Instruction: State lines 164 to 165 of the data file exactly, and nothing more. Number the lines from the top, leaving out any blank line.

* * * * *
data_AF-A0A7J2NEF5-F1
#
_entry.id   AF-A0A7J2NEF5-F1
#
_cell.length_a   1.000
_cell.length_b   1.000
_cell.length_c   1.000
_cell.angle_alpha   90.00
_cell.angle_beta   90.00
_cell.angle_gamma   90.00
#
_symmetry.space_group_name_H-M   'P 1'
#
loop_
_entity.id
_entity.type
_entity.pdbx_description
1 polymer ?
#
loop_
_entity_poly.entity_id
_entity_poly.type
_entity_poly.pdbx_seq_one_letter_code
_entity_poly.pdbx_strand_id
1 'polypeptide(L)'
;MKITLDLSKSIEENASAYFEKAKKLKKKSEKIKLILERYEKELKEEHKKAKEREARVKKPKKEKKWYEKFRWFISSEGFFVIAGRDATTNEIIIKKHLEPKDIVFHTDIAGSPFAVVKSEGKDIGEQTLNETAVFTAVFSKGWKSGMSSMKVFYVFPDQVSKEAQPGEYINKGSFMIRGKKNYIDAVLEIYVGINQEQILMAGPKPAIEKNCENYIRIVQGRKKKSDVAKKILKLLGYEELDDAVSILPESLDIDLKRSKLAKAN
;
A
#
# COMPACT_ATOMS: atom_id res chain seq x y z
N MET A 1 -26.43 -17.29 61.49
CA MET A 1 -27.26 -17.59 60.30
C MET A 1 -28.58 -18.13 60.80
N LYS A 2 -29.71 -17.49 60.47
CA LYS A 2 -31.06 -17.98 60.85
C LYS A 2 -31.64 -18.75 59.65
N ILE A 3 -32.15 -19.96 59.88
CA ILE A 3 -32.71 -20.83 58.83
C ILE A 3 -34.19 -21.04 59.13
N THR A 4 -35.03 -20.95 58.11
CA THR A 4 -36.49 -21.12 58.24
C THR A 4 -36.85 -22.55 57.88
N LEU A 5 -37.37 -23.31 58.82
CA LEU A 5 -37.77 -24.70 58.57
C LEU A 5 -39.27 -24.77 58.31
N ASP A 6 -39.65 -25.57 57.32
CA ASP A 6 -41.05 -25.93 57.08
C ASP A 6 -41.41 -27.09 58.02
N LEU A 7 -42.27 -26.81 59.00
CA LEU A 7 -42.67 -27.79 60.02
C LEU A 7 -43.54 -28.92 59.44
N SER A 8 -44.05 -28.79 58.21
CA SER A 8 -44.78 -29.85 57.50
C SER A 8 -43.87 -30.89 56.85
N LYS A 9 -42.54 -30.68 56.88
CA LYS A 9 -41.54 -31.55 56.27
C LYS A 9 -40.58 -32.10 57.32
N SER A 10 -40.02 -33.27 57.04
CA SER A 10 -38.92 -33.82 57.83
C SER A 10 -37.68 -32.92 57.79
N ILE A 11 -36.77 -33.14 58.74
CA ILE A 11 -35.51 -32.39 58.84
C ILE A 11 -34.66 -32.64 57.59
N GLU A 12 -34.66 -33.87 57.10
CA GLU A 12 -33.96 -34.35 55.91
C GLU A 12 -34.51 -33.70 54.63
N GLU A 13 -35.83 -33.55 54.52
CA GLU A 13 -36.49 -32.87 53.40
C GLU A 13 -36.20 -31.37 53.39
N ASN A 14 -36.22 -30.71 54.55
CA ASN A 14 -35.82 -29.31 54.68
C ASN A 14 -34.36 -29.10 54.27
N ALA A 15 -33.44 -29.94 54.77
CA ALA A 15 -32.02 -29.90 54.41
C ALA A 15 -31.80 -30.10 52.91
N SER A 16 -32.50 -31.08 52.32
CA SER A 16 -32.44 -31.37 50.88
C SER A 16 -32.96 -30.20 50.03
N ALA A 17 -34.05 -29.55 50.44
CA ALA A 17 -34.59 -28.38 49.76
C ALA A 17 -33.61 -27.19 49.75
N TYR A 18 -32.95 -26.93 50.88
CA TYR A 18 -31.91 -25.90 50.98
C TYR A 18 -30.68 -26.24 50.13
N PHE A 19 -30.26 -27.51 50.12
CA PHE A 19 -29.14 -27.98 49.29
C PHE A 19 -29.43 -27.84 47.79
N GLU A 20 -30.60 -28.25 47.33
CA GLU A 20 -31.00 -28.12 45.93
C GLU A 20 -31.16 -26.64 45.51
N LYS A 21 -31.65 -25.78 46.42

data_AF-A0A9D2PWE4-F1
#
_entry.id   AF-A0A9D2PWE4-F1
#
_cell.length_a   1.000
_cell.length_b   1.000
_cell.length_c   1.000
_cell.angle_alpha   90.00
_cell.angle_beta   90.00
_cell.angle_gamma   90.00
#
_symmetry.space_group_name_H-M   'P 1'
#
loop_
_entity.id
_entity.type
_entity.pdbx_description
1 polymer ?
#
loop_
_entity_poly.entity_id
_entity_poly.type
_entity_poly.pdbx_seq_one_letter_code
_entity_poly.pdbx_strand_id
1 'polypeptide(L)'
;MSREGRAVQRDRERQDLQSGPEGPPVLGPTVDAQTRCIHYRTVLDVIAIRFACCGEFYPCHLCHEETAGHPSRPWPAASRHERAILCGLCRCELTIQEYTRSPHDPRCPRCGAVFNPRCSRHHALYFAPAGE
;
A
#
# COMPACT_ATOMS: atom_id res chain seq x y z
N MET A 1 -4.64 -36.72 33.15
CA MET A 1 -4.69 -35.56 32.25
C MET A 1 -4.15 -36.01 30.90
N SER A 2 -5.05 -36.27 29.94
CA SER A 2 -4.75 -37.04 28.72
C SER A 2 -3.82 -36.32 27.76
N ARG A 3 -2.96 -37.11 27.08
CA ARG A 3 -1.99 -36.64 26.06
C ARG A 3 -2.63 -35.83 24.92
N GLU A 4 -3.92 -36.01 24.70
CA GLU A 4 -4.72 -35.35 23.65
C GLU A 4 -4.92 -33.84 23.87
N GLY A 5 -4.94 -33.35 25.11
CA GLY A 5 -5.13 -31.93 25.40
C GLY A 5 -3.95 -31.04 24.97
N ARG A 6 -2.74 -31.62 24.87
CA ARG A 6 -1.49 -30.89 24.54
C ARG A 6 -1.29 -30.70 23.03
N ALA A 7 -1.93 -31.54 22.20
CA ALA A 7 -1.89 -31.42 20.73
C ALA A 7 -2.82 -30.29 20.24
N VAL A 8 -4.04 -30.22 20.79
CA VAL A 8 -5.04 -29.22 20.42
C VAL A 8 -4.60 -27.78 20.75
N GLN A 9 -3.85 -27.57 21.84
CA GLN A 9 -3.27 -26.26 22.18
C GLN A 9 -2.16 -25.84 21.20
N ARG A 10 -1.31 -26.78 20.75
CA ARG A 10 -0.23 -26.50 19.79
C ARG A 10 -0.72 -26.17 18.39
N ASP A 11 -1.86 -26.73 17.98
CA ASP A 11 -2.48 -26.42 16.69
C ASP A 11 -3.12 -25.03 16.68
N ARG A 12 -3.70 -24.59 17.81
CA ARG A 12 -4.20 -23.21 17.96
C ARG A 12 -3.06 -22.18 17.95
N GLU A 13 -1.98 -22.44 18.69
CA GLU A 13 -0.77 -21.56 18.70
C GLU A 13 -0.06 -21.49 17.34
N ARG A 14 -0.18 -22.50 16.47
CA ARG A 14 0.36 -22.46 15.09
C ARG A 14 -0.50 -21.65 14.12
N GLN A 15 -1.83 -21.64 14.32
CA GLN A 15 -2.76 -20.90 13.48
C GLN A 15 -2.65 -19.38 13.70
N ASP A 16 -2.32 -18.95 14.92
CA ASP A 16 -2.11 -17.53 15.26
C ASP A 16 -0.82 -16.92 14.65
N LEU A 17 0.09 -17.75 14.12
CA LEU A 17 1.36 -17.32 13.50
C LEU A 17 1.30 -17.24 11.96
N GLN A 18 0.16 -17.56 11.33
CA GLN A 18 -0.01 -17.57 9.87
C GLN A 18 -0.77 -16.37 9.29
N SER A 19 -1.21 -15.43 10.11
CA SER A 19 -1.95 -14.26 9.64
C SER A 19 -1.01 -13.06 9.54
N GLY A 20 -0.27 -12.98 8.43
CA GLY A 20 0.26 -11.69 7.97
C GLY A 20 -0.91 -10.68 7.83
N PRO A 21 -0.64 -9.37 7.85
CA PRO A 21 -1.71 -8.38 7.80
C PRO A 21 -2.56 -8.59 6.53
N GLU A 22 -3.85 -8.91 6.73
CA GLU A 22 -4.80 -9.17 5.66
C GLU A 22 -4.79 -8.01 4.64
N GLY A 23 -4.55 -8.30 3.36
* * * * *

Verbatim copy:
N GLN A 15 -1.83 -21.64 14.32
CA GLN A 15 -2.76 -20.90 13.48